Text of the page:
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23rd November
2008
written by Steph
"The Mysterious Benedict Society" by Trenton Lee StewartI posted a while back that I had embarked on reading The Name of the Rose by Umberto Eco… only, the thing is, I have failed miserably at reading it. I took it with me when I went out of town, figuring that all of the flights and traveling would provide me ample opportunity to read it. When Tony’s flight was delayed from Nashville to Baltimore, I polished off about 150 pages while waiting for him at the airport. This experience was quite painful and left me wanting to stab out my eyes, because for every enjoyable mystery bit that advanced the main plotline, there would be about 25 pages of turgid, dense philosophical or historical (sometimes both) musings that had the most soporific of effects on me. Needless to say, I began trawling the little Borders shop (surprisingly well-stocked for an airport bookstore) looking for new reading material. And that is where I stumbled upon The Mysterious Benedict Society. I was intrigued by the comparison to Harry Potter (then again, I’ve been burned by such allusions before – ahem, Jonathan Strange & Mr. Norrell. One day I’ll make it past the first 30 pages!), and the price of $7 wasn’t bad either. Pair this with a 30% off coupon we got at the in-store café later in the week, and I was sold. Or rather, the book was, but you see what I’m getting at here. The book revolves around the trials and tribulations of four orphans who, after completing a serious of challenging and unorthodox tests, are tasked with a highly dangerous mission, with the fate of the world hanging in the balance. In order to prevail (supposing that they do indeed find themselves triumphant), they must face their greatest fears and learn to trust one another and come together as a team. Each child brings an important skill to the team (though the importance of some of these skills are not revealed until very late in the book), and it is only united that they can hope to be successful. There is plenty of action and adventure throughout the book, but for all the physical skirmishes, the book is also filled with puzzles, riddles, and mental strategizing. As such, I think it would appeal to a wide variety of children (because it is kid lit), but certainly adults as well. Strong core themes of friendship, family, bravery, truth, and intellectual freedom run throughout the novel, although the latter one might be a bit esoteric/advanced for most child readers; still, Stewart handles all of the issues in a fairly elegant way, and avoids being pedantic. Overall, I didn’t exactly feel as though this book held the same magic of the Harry Potter books (no pun intended!), but I did enjoy it, and read it quickly (despite its being about 450 pages). The characters were all sympathetic, but not necessarily as well-developed or sympathetic as those in the Potter novels (for instance, Mr. Benedict, is a far cry from Albus Dumbledore). It was a solid first novel (it appears there will be a series), but everything added up to a very good, but not necessarily great, book. Perhaps subsequent books will allow for more meaningful development for all four characters. I won’t be rushing out to read the next one (as I did with Chamber of Secrets, after finishing Philosopher’s Stone), but I certainly intend to eventually read the next book and the next adventure. One quote from the book that I really enjoyed and which reminded me very much of something one might find in an early Potter book:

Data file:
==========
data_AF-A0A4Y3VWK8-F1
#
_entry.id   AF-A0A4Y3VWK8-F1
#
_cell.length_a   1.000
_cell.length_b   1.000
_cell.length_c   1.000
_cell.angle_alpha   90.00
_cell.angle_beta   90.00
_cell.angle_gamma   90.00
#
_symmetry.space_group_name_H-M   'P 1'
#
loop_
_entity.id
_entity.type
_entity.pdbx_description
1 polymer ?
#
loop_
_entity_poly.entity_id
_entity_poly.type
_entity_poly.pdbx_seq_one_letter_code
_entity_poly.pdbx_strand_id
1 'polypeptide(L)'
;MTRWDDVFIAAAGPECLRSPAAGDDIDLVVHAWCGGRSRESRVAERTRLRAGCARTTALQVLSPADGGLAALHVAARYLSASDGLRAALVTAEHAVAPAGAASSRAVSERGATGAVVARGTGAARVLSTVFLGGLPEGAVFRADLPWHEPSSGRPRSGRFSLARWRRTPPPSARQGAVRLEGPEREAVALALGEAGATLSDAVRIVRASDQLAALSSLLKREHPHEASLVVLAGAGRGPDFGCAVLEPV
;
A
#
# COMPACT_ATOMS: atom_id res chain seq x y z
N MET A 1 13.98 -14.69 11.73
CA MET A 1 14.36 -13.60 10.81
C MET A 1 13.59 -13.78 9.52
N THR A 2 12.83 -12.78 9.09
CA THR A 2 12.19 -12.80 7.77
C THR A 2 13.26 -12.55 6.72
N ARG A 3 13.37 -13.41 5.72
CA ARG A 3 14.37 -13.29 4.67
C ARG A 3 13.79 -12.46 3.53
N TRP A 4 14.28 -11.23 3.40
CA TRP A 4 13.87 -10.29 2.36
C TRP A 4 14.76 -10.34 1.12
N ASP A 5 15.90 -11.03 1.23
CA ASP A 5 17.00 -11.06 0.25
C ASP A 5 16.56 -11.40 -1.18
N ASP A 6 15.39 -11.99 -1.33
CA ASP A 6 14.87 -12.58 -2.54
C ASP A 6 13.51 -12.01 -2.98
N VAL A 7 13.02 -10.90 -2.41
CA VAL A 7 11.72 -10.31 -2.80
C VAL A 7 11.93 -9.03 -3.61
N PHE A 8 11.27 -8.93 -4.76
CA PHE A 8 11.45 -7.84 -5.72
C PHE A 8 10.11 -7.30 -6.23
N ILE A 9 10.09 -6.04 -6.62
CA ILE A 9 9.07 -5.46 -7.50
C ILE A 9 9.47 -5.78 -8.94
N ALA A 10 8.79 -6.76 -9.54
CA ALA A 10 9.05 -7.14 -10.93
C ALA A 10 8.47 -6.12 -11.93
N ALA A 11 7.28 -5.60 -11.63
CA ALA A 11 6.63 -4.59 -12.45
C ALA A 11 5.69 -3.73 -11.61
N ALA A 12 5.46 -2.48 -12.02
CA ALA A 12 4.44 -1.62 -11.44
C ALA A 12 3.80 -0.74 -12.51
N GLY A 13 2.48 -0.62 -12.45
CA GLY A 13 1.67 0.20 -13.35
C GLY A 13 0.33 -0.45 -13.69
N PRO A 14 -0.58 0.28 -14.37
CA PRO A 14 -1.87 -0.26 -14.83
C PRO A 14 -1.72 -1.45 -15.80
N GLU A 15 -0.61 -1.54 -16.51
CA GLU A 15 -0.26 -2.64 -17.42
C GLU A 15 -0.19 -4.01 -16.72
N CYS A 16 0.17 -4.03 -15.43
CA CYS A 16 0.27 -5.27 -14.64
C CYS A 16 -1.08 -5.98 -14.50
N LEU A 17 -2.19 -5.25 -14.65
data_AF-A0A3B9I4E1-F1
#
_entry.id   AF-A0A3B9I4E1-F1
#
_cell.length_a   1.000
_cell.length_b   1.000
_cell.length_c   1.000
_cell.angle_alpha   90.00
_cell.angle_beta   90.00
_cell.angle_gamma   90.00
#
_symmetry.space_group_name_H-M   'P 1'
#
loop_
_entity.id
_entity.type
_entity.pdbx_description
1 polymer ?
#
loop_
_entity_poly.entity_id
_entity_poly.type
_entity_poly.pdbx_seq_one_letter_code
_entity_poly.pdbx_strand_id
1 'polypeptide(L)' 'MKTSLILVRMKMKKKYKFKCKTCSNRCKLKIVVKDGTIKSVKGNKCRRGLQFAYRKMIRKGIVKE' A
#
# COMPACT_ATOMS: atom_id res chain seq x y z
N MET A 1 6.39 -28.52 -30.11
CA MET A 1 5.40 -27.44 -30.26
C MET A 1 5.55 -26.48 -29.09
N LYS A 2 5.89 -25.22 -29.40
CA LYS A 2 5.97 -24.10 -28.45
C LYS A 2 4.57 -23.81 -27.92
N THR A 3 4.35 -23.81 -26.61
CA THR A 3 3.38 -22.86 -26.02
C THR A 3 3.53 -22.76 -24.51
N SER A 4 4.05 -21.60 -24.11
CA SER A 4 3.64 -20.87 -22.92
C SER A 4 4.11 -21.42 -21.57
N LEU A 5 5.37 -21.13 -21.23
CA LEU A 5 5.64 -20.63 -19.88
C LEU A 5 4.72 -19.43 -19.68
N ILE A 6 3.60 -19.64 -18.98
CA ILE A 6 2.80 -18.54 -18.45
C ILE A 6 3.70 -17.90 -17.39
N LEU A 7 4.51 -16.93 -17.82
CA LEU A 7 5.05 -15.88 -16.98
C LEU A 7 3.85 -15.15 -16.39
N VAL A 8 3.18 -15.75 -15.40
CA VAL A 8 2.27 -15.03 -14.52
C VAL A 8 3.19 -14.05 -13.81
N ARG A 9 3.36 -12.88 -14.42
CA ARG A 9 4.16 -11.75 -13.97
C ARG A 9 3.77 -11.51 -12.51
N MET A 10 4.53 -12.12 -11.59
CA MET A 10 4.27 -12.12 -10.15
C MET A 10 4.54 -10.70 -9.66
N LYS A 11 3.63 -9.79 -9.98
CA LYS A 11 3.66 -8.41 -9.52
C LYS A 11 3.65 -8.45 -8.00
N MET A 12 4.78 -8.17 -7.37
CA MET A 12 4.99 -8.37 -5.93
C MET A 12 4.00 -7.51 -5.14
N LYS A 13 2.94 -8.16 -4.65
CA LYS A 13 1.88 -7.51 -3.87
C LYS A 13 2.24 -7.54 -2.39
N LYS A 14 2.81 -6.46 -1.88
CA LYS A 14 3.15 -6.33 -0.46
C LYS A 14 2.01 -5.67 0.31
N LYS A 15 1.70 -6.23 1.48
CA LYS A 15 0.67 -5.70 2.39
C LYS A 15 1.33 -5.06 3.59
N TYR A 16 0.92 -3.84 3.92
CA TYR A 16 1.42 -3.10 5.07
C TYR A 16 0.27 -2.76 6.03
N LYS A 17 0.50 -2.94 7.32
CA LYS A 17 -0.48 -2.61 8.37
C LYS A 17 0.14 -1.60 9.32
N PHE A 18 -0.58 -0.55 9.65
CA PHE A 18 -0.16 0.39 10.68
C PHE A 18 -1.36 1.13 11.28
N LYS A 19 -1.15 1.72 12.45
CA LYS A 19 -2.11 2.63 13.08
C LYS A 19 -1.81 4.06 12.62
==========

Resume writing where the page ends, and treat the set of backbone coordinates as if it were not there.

It took only one of those seconds for Kate to think: It has to be all four of us, but Constance can’t handle them. You can handle them, though. It will be rough, but you can handle them. (Part of Kate believed this – a very important part, for Kate’s sense of invincibility was the main thing that had sustained her all of her young life alone. But another part did not believe this – and it, too, was an important part, for unless you know about this part it is impossible to understand how brave a thing Kate was about to do.)
Rating: 4 out of 5

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